This report feeds directly into the solution work I’m undertaking

The results feed directly into the work I have been undertaking on the leadership gap and the suggested framework of the integrated executive innovation work mat that has been discussed in considerable details in the past few weeks. These have been on this blog site of mine, as well as ovo innovation’s  my collaborating partners, and also on  innovation excellence’s web site, where we had a whole week of featured articles, discussing the work mat component parts, or as we entitled it, the essential seven domains of innovation that make up this work mat.

So what stands out in the McKinsey report?

The innovation structure is evolving; organizations rely on exploring various organizational models to ‘house’ and execute innovation. They work with multiple structural models to drive innovation efforts and often have separate innovation functions, located in multiple locations. It seems there has been an insurgence of structures in the last three years that are currently being worked through.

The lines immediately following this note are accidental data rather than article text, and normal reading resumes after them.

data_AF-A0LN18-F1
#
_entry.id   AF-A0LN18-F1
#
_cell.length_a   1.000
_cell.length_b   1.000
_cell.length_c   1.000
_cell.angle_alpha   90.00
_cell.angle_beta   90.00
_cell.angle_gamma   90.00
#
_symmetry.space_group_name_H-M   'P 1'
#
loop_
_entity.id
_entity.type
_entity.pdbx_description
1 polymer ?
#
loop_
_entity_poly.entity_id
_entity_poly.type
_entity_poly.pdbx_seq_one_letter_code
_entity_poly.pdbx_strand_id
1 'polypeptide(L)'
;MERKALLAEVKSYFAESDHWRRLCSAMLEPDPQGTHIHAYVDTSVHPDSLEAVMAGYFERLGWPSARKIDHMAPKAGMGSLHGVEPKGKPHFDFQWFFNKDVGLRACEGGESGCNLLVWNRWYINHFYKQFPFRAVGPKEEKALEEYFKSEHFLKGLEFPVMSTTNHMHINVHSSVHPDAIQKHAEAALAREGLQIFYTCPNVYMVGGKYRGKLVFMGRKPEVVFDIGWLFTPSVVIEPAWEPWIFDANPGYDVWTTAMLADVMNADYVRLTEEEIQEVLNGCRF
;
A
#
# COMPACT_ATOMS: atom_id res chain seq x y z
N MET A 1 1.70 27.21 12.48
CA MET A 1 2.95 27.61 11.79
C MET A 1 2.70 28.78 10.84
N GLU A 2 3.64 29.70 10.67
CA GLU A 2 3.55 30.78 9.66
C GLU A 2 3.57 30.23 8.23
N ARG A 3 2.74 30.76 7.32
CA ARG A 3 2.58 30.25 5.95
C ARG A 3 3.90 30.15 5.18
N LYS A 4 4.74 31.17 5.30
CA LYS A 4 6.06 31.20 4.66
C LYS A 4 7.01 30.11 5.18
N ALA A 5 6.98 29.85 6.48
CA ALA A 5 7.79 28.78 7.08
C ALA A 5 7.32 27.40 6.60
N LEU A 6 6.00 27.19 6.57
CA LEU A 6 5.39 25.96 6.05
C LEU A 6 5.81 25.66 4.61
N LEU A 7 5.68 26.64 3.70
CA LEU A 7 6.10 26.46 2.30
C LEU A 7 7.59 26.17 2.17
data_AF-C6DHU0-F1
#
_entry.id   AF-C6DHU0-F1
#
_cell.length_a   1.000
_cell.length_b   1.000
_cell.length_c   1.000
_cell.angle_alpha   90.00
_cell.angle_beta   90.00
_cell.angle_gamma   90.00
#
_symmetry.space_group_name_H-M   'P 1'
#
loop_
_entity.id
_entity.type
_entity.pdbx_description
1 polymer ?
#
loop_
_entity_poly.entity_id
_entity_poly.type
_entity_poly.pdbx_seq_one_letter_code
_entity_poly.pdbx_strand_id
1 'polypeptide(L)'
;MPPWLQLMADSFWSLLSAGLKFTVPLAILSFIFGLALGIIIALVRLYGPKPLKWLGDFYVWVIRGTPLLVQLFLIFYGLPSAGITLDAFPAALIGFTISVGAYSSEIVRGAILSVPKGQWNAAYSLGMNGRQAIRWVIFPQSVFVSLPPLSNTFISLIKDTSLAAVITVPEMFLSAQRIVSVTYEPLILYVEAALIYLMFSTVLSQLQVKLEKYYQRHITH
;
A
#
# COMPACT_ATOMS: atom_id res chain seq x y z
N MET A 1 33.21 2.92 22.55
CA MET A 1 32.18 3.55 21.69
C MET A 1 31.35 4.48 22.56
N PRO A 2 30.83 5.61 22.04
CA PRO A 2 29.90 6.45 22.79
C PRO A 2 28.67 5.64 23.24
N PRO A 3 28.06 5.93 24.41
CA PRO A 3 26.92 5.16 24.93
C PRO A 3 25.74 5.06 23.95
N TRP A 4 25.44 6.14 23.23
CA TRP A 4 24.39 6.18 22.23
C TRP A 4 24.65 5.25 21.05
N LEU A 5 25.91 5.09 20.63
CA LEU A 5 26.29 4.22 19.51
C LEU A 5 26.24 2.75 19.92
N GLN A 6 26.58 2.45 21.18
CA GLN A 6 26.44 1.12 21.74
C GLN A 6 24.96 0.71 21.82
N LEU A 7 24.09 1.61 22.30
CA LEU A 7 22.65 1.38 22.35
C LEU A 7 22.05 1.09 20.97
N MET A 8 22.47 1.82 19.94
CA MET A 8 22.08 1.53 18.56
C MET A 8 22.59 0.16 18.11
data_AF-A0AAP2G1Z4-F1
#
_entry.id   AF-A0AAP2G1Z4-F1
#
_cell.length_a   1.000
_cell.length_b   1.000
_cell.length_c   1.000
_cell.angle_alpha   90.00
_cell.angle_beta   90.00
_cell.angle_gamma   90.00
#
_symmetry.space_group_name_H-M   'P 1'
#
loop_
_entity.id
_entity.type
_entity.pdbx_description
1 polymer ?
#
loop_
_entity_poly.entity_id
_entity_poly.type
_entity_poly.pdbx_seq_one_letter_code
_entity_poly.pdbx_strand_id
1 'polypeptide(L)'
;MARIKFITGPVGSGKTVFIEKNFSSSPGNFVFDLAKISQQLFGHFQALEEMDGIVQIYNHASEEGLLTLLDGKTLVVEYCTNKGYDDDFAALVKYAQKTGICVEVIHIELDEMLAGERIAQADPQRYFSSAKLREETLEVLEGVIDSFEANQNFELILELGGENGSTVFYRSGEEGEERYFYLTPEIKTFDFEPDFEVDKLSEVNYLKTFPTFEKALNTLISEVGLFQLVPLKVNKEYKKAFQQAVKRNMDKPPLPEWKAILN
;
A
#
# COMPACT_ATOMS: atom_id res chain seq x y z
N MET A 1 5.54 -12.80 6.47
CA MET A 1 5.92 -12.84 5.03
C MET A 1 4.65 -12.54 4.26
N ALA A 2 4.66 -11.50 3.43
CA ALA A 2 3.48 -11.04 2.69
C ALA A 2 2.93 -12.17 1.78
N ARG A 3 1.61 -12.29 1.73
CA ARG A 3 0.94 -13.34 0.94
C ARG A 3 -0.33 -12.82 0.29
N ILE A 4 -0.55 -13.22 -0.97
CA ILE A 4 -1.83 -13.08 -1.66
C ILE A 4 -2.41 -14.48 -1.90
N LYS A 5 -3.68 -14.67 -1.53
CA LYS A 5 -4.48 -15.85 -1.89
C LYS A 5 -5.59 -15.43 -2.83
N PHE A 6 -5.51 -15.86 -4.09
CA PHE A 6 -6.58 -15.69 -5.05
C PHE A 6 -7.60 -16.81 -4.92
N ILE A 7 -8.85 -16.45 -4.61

Presently there is no uniformed view on innovation organizational design

According to the report, the innovation’s function has shifted in the functions location, in its financing and ownership and increasingly reporting into a C-Level, or even directly into the CEO.

The designs involved include innovation centres, a dedicated new-business development function, emerging business opportunities and technologies groups (often separate) and having advanced technologies institutes as part of the mix.

It still seems where it ‘sits’ partly depends on the time the innovation function was set up. The older structures, set up more than ten years ago 46% of those surveyed report that innovation “sits” at corporate headquarters compared with 65% at the organizations with younger functions. Younger functions also focus more on profit but presently have fewer market successes as they have had less time.

What is the innovation they are working upon?

These are with functional focus on identifying new business opportunities, such as blue-sky innovation and developing potentially disruptive technologies and those report directly into the CEO at around 44% of the functions at present. That maybe the wrong side of the 50% mark I’d like but we seem to be making progress of linking innovation directly to the leadership of our organizations, or are we? Read on.

The factors of success